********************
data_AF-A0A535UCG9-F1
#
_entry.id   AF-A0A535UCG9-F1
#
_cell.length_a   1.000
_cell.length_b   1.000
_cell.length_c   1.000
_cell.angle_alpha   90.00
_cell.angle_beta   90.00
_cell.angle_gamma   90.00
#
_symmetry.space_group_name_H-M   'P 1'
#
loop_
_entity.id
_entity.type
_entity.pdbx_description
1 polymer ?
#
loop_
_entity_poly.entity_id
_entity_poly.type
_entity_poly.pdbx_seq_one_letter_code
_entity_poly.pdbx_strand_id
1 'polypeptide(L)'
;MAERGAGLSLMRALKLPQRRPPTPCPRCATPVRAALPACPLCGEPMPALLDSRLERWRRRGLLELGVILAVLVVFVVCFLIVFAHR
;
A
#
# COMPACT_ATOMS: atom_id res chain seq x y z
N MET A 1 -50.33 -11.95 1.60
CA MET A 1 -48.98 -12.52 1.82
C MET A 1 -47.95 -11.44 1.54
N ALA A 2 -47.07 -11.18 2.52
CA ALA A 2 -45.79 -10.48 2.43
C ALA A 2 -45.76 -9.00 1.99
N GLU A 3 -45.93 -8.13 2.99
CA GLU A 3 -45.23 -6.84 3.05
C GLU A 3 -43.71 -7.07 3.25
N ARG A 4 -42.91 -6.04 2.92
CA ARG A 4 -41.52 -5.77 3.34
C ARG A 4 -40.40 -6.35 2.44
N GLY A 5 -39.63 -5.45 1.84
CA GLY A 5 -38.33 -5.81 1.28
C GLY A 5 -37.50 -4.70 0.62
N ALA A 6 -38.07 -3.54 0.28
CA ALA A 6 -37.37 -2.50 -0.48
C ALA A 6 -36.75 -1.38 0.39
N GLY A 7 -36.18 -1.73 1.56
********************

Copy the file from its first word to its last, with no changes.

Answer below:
data_AF-A0A535UCG9-F1
#
_entry.id   AF-A0A535UCG9-F1
#
_cell.length_a   1.000
_cell.length_b   1.000
_cell.length_c   1.000
_cell.angle_alpha   90.00
_cell.angle_beta   90.00
_cell.angle_gamma   90.00
#
_symmetry.space_group_name_H-M   'P 1'
#
loop_
_entity.id
_entity.type
_entity.pdbx_description
1 polymer ?
#
loop_
_entity_poly.entity_id
_entity_poly.type
_entity_poly.pdbx_seq_one_letter_code
_entity_poly.pdbx_strand_id
1 'polypeptide(L)'
;MAERGAGLSLMRALKLPQRRPPTPCPRCATPVRAALPACPLCGEPMPALLDSRLERWRRRGLLELGVILAVLVVFVVCFLIVFAHR
;
A
#
# COMPACT_ATOMS: atom_id res chain seq x y z
N MET A 1 -50.33 -11.95 1.60
CA MET A 1 -48.98 -12.52 1.82
C MET A 1 -47.95 -11.44 1.54
N ALA A 2 -47.07 -11.18 2.52
CA ALA A 2 -45.79 -10.48 2.43
C ALA A 2 -45.76 -9.00 1.99
N GLU A 3 -45.93 -8.13 2.99
CA GLU A 3 -45.23 -6.84 3.05
C GLU A 3 -43.71 -7.07 3.25
N ARG A 4 -42.91 -6.04 2.92
CA ARG A 4 -41.52 -5.77 3.34
C ARG A 4 -40.40 -6.35 2.44
N GLY A 5 -39.63 -5.45 1.84
CA GLY A 5 -38.33 -5.81 1.28
C GLY A 5 -37.50 -4.70 0.62
N ALA A 6 -38.07 -3.54 0.28
CA ALA A 6 -37.37 -2.50 -0.48
C ALA A 6 -36.75 -1.38 0.39
N GLY A 7 -36.18 -1.73 1.56